"Yesterday was our third first day of school," said Mesa Public Schools Superintendent Dr. Andi Fourlis.
50.7 million Americans attend public school, and in the midst of a pandemic, navigating education for this highly populated demographic has become a hot topic of conversation.
Schools across the nation implement and continue various forms of in-person learning. But, just this week alone, many schools in the U.S. had to once again shut down due to the spread of COVID-19. To name a few, various schools in Pa., Mich., Conn., Tenn. and Calif. have switched back to a remote-only model.
And even with the start of flu season and a second wave of COVID-19 expected to hit the U.S. in the coming weeks, Arizona's largest school district, Mesa Public Schools, officially began its five-day in-person schedule on Monday, Oct. 12.
Transitioning From remote only, to modified in-person, to a current "traditional" schedule, Mesa Public Schools has developed ways to reduce anxiety, and maintain CDC guidelines.
Social distancing is also approached in creative ways. Some learning takes place outside, extra lunchtimes are added for more cafeteria space, even crowded halls are avoided by creating alternate routes to class.
"There was a great spirit and great conversation amongst our leaders, rethinking what learning spaces look like, so they can expand spaces and locations to physically distance to the very best of their abilities," said Dr. Flouris.
However, there is no denying that any in-person learning, especially schedules that allow students on campus for the whole school week, exposes a larger sum to possible infection.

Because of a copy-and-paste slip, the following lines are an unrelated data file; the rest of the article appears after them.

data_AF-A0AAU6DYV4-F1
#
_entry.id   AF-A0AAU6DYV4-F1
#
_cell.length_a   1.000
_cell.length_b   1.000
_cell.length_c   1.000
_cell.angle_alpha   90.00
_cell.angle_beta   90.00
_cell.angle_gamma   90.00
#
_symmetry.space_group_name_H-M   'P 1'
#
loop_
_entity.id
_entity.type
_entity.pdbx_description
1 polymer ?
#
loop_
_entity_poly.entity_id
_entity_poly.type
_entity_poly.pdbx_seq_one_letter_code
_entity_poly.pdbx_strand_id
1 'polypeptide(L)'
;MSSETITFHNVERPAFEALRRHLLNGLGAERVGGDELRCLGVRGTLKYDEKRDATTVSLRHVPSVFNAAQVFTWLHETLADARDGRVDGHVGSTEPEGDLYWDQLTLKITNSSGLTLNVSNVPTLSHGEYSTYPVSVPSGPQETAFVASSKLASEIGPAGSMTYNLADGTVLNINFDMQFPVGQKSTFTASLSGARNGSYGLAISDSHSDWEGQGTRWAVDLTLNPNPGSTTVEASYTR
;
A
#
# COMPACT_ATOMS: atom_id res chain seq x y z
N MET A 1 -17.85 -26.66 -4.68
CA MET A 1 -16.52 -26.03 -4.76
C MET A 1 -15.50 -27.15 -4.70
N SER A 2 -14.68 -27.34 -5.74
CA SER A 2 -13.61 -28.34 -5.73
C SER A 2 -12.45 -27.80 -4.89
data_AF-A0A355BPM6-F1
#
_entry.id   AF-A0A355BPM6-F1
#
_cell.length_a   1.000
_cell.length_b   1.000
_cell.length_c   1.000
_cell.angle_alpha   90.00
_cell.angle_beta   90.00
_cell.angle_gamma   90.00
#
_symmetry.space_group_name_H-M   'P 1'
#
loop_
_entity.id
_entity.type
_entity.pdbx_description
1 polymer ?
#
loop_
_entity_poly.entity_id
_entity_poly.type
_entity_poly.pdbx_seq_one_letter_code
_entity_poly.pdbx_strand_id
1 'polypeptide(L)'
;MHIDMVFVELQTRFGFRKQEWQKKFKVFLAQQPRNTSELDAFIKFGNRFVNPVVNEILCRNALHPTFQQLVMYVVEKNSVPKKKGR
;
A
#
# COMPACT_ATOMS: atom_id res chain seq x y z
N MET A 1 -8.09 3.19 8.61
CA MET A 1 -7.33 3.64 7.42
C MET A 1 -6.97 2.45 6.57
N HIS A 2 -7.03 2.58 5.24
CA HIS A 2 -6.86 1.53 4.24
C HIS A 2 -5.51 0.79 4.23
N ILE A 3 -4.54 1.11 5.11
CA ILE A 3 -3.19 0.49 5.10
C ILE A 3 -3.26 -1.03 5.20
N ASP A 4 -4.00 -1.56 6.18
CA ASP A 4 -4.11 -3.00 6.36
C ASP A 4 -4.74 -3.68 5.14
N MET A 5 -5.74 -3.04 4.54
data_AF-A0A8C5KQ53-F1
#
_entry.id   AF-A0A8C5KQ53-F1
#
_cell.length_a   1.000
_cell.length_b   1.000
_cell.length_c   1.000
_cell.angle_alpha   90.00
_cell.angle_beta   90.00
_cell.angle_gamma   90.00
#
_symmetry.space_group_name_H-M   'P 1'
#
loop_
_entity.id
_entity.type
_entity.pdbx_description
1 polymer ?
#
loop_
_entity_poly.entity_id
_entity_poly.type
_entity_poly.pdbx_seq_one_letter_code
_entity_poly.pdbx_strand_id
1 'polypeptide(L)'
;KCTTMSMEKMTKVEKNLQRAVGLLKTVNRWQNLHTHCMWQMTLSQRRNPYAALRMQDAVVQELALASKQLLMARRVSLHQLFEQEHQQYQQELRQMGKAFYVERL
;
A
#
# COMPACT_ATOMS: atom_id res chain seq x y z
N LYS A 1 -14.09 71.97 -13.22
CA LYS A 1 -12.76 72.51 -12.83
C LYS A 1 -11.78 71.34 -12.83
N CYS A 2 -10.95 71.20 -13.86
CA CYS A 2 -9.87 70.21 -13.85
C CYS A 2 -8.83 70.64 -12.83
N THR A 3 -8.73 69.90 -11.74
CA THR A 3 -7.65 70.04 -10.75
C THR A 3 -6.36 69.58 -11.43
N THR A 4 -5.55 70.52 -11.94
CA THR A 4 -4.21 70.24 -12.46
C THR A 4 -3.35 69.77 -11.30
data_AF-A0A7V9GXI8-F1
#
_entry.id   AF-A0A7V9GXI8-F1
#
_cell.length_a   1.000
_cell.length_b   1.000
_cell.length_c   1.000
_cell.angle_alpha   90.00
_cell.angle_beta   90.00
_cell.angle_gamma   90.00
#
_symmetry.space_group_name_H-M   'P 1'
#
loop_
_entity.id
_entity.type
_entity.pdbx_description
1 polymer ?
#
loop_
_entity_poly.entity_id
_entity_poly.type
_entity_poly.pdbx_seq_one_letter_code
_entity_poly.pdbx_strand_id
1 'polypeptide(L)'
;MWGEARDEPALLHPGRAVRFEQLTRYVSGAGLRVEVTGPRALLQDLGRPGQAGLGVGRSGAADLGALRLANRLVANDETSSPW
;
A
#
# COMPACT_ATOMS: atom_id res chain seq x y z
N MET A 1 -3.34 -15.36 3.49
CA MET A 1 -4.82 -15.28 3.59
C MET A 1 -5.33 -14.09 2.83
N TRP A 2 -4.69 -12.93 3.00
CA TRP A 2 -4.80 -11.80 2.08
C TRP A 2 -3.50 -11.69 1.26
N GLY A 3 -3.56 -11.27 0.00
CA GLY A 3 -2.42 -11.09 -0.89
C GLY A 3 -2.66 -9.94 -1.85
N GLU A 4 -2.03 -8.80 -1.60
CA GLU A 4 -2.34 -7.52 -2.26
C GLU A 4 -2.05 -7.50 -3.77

"As we move to five days a week, we have more students on campus every single day and that contact becomes bigger," said Red Mountain High School teacher Joshua Buckley as he voiced the concerns of many at a Mesa Public Schools board meeting.
But Mesa Public Schools hopes to use transparency and communication as a way to reduce anxiety through the new COVID-19 Dashboard at mpsaz.org.
Open to the public, this dashboard updates every Thursday and shows two weeks' worth of data for every school in the district. The total population for each school is presented as well as the number of active cases of students and staff. Families of students are also notified within 24 hours of any active cases in the district.
"It tells a story of what's happening in the moment," said Associate Superintendent Holly Williams when explaining the new dashboard.
Numbers are closely monitored and schools are prepared to transition back to remote learning at any time.
"Our biggest challenge moving forward is that we don't become too comfortable in going back to the good old days," said Dr. Flouris. "Our kids are waiting for us to reinvent what school look for them, and with them."
The "good old days" before COVID-19 seem like distant memories for all students in the U.S., but will this desire for normalcy put our nation's youth at risk? This question still awaits an answer as every school takes a different approach to this pandemic.